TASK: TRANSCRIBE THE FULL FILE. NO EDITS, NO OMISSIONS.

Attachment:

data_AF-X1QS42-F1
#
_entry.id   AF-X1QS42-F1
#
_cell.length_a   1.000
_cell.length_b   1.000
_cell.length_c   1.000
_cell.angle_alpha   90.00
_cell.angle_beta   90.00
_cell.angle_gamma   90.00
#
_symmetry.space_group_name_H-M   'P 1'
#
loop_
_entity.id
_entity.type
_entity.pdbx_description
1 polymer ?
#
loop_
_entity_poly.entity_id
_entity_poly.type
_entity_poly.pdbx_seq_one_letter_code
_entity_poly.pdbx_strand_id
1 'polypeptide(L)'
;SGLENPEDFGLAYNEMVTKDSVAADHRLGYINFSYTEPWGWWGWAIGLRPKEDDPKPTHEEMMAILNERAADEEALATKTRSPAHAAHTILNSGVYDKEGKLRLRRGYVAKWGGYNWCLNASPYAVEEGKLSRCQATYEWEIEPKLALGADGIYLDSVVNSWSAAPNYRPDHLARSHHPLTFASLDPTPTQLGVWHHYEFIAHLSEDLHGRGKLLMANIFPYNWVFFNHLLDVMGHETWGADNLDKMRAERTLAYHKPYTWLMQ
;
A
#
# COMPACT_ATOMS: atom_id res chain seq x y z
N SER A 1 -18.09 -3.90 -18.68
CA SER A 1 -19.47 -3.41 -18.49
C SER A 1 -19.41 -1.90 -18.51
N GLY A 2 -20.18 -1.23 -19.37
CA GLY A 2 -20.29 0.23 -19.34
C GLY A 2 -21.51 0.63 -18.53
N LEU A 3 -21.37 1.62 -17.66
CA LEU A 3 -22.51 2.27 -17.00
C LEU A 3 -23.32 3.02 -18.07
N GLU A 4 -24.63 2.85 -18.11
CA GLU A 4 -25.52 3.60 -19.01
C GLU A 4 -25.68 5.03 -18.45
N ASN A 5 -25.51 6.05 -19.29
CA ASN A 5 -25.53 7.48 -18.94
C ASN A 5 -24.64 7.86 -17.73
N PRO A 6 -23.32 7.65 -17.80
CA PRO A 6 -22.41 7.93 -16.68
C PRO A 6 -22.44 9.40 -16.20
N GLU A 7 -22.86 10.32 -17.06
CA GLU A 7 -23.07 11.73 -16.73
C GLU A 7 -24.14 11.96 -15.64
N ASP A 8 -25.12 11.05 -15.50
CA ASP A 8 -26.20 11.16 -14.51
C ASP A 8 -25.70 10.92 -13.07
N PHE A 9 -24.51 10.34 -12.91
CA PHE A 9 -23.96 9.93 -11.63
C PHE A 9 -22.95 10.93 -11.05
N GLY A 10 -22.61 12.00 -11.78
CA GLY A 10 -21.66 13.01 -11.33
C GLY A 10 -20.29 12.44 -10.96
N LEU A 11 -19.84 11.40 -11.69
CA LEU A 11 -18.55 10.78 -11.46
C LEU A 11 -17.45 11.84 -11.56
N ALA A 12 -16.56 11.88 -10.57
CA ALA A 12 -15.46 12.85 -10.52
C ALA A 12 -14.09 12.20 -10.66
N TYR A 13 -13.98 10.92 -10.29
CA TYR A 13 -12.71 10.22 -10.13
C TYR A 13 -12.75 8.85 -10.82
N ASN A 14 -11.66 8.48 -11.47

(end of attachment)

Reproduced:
data_AF-X1QS42-F1
#
_entry.id   AF-X1QS42-F1
#
_cell.length_a   1.000
_cell.length_b   1.000
_cell.length_c   1.000
_cell.angle_alpha   90.00
_cell.angle_beta   90.00
_cell.angle_gamma   90.00
#
_symmetry.space_group_name_H-M   'P 1'
#
loop_
_entity.id
_entity.type
_entity.pdbx_description
1 polymer ?
#
loop_
_entity_poly.entity_id
_entity_poly.type
_entity_poly.pdbx_seq_one_letter_code
_entity_poly.pdbx_strand_id
1 'polypeptide(L)'
;SGLENPEDFGLAYNEMVTKDSVAADHRLGYINFSYTEPWGWWGWAIGLRPKEDDPKPTHEEMMAILNERAADEEALATKTRSPAHAAHTILNSGVYDKEGKLRLRRGYVAKWGGYNWCLNASPYAVEEGKLSRCQATYEWEIEPKLALGADGIYLDSVVNSWSAAPNYRPDHLARSHHPLTFASLDPTPTQLGVWHHYEFIAHLSEDLHGRGKLLMANIFPYNWVFFNHLLDVMGHETWGADNLDKMRAERTLAYHKPYTWLMQ
;
A
#
# COMPACT_ATOMS: atom_id res chain seq x y z
N SER A 1 -18.09 -3.90 -18.68
CA SER A 1 -19.47 -3.41 -18.49
C SER A 1 -19.41 -1.90 -18.51
N GLY A 2 -20.18 -1.23 -19.37
CA GLY A 2 -20.29 0.23 -19.34
C GLY A 2 -21.51 0.63 -18.53
N LEU A 3 -21.37 1.62 -17.66
CA LEU A 3 -22.51 2.27 -17.00
C LEU A 3 -23.32 3.02 -18.07
N GLU A 4 -24.63 2.85 -18.11
CA GLU A 4 -25.52 3.60 -19.01
C GLU A 4 -25.68 5.03 -18.45
N ASN A 5 -25.51 6.05 -19.29
CA ASN A 5 -25.53 7.48 -18.94
C ASN A 5 -24.64 7.86 -17.73
N PRO A 6 -23.32 7.65 -17.80
CA PRO A 6 -22.41 7.93 -16.68
C PRO A 6 -22.44 9.40 -16.20
N GLU A 7 -22.86 10.32 -17.06
CA GLU A 7 -23.07 11.73 -16.73
C GLU A 7 -24.14 11.96 -15.64
N ASP A 8 -25.12 11.05 -15.50
CA ASP A 8 -26.20 11.16 -14.51
C ASP A 8 -25.70 10.92 -13.07
N PHE A 9 -24.51 10.34 -12.91
CA PHE A 9 -23.96 9.93 -11.63
C PHE A 9 -22.95 10.93 -11.05
N GLY A 10 -22.61 12.00 -11.78
CA GLY A 10 -21.66 13.01 -11.33
C GLY A 10 -20.29 12.44 -10.96
N LEU A 11 -19.84 11.40 -11.69
CA LEU A 11 -18.55 10.78 -11.46
C LEU A 11 -17.45 11.84 -11.56
N ALA A 12 -16.56 11.88 -10.57
CA ALA A 12 -15.46 12.85 -10.52
C ALA A 12 -14.09 12.20 -10.66
N TYR A 13 -13.98 10.92 -10.29
CA TYR A 13 -12.71 10.22 -10.13
C TYR A 13 -12.75 8.85 -10.82
N ASN A 14 -11.66 8.48 -11.47